May 12th, 2011 | By | Category: Youth Blog

Krill Illustration by Willy Jones

If you have ever gone on a whale watch, you might have seen maybe six or seven whales or more. But imagine if you saw 306 humpback whales! Well, that’s what happened to the scientists researching on Wilhelmina Bay, a bay on the western side of the Antarctic Peninsula. It was a record number of whales in one place.

The humpback whale is a mid-sized whale growing to about 50 feet. Humpbacks are a common type of whale that mainly feeds on krill, a small shrimp-like crustacean. I think it’s amazing that such big creatures feed on such tiny animals.

As big as the world is, humpbacks and all whales may run into the problem of running out of krill for their meal. In Antarctica, the krill make a nest for their young in the ice so the babies have a place to hide from the whales. Due to global warming, the krill’s ice is starting to melt. That means the krill have no protection from the whales, with all of the krill in the open. Whales may decrease the number of krill and not have a big enough food supply in the future.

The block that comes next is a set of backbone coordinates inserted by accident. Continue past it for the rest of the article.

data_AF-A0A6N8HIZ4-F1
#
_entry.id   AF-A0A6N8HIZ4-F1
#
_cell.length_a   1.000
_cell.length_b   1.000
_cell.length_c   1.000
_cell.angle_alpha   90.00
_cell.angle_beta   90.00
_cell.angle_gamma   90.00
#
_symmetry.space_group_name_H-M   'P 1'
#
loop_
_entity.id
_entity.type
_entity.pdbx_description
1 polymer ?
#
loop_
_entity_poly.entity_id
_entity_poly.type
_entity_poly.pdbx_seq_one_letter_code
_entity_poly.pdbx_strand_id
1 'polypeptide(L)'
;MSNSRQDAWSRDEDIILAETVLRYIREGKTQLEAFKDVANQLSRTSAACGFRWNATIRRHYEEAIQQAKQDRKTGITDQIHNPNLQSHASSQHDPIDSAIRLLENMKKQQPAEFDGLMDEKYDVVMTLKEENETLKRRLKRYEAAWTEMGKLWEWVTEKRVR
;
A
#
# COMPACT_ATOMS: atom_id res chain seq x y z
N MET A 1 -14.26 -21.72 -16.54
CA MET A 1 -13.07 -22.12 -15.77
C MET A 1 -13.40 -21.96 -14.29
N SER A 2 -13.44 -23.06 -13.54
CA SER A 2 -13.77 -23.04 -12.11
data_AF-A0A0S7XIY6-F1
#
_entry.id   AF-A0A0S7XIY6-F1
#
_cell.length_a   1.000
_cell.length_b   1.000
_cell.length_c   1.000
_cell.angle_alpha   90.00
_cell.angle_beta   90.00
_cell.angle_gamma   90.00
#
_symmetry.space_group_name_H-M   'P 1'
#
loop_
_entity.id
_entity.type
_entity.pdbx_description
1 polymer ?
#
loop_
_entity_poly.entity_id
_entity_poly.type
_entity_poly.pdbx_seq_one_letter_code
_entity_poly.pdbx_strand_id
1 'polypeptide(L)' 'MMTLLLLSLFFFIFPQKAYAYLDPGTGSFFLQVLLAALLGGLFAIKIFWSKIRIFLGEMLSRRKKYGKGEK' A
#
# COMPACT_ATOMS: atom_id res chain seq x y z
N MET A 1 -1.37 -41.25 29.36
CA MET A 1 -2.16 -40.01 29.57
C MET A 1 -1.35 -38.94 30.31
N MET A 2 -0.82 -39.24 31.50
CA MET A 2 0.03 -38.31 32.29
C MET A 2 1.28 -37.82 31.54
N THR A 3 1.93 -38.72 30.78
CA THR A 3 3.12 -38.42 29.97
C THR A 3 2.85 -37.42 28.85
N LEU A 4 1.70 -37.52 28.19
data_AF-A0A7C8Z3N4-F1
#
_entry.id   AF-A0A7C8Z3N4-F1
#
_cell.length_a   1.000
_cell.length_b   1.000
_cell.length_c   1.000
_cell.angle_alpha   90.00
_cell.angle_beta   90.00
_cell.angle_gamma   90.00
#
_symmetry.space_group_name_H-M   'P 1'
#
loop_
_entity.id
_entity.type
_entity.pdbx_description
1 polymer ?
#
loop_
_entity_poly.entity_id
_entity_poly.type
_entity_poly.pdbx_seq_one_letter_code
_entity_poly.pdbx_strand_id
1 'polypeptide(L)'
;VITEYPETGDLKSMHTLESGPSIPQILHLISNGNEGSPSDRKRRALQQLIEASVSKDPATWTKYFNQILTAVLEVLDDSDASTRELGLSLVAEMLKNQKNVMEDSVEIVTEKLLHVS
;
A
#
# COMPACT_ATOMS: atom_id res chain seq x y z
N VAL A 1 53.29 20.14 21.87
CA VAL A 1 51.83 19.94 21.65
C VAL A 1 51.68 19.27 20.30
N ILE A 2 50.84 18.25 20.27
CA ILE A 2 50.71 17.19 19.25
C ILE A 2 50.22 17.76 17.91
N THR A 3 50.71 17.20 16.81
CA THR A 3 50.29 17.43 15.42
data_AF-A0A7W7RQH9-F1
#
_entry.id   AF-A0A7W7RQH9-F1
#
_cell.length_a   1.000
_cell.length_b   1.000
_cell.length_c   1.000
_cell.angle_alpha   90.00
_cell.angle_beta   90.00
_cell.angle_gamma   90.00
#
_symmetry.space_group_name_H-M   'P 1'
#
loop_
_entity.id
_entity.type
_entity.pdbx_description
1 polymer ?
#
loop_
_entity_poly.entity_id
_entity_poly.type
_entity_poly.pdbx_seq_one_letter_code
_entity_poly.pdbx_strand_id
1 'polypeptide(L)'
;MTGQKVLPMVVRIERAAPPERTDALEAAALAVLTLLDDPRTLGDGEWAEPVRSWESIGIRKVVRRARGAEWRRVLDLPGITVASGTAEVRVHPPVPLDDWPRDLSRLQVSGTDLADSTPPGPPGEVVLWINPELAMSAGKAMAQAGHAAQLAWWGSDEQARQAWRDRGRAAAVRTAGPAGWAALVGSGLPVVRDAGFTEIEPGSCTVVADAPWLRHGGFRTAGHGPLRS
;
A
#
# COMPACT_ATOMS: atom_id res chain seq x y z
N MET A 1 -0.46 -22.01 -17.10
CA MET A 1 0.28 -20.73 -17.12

Krill really play a big part in the whole ecosystem of the world. It’s really hard to believe that just an inch-long little shrimp feeds a 50-foot whale. Whales have to eat tons of krill to get full, and eating that much means the whale has to poop a lot. I’ve actually seen some humpback poop. It was red because those humpbacks were eating krill and the color of krill is red. If you ever go on a whale watch, you’ll know if the whale you’re watching is eating krill if its poop is red.

Guest Blog Post by: Willy, 10, Pennsylvania

Tags: ,

Leave a Comment